Emily Raymond vividly remembers the day three years ago when she first thought of making Valentine’s gifts for local men and women experiencing homelessness. It was a snowy January evening, and she was pushing her youngest son’s stroller down a busy street, stopping every block because of the piles of snow in her way.
“At every single intersection, there were three people who stopped and helped to pick up the stroller and carry it for me,” she said. “It was a ton of help. But then I remember looking across the street and seeing a [man who appeared homeless] who had a shopping cart, who was also stuck in the snow. People were streaming past him—nobody helped him. Nobody even looked at him.”
Trapped by the snow on other side of the street, Raymond felt helpless. But the impulse to make a human connection with the man stayed with her.
Inspired by a local project to make cards for seniors and veterans that she and her three kids had participated in, Raymond launched the Valentines for the Homeless Program, which provides bags of candy, snacks, toiletries, and other items paired with a handmade Valentine from local children. Raymond’s own kids, as well as her daughter’s class at the Cambridgeport School and children from the Church of Jesus Christ of Latter-Day Saints in East Cambridge, all help make and decorate the Valentines each winter.
And since that snowy day in Central Square, Raymond says, “The project just gets bigger and bigger.” This year she and her fellow volunteers made and handed out 150 Valentine’s Day gifts at three local shelters. According to city data, there were 561 people in shelters, transitional housing, and on the streets this January, which means her project gave to more than a quarter of Cambridge’s homeless residents.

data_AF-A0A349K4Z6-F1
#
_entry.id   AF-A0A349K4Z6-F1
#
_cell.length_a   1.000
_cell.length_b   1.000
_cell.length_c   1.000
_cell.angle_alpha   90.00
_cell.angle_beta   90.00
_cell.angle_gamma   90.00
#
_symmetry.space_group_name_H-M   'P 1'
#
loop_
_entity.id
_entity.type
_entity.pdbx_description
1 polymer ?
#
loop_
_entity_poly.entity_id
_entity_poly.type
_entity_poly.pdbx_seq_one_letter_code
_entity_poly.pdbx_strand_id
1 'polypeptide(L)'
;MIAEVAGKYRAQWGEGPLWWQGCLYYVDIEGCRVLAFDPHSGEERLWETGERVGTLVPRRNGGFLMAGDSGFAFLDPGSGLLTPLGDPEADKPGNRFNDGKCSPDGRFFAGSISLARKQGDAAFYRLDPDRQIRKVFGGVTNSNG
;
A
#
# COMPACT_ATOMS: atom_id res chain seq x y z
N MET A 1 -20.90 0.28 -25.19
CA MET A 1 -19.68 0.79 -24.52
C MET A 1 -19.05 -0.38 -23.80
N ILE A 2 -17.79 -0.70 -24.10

While the goody bags include donated items like gloves, hand warmers, and trail mix, Raymond views the homemade Valentines as the most significant component.
“Something handmade that had some kind of uplifting message for somebody, that’s the most important part—to make sure that people feel that they are seen and that they are loved, and someone spent time making them something,” she says.
Raymond picked Valentine’s Day partly because it was winter when she first got the idea, but also because it makes what she admits is “a cheesy holiday” into something more. She adds that February is one of the toughest months to be homeless in Cambridge because of the brutal weather.
“People think it’s just a romantic holiday … I knew it would be very unexpected to make Valentines for homeless people,” she says. “But I don’t see how Valentine’s Day has to be limited to romantic love. It can be about friendship, too.”
Donations for the goody bags come from friends and family, members of Raymond’s church, people from her kids’ schools, and even online acquaintances. This year she started an Amazon wish list for the project so far-flung friends and family could contribute.
Raymond says the project takes over her living room as donations pour in and need to be sorted and organized. “There’s boxes stacked from floor to ceiling—it’s a little crazy,” she says with a laugh.
Since the project started as a personal effort, Raymond never reached out for corporate donations, and now she’s proud of the fact that each piece of the gifts she puts together is provided by an individual donor.
“I like that it’s from the people for the people,” she says. “Every single thing put into the box is from a person who knows about the project, who has acknowledged that there are homeless [people] in this city who need help.”
This story originally appeared in the Do Gooders, Key Players, and Game Changers issue of Scout Cambridge, which is available for free at more than 200 locations throughout the city or by subscription.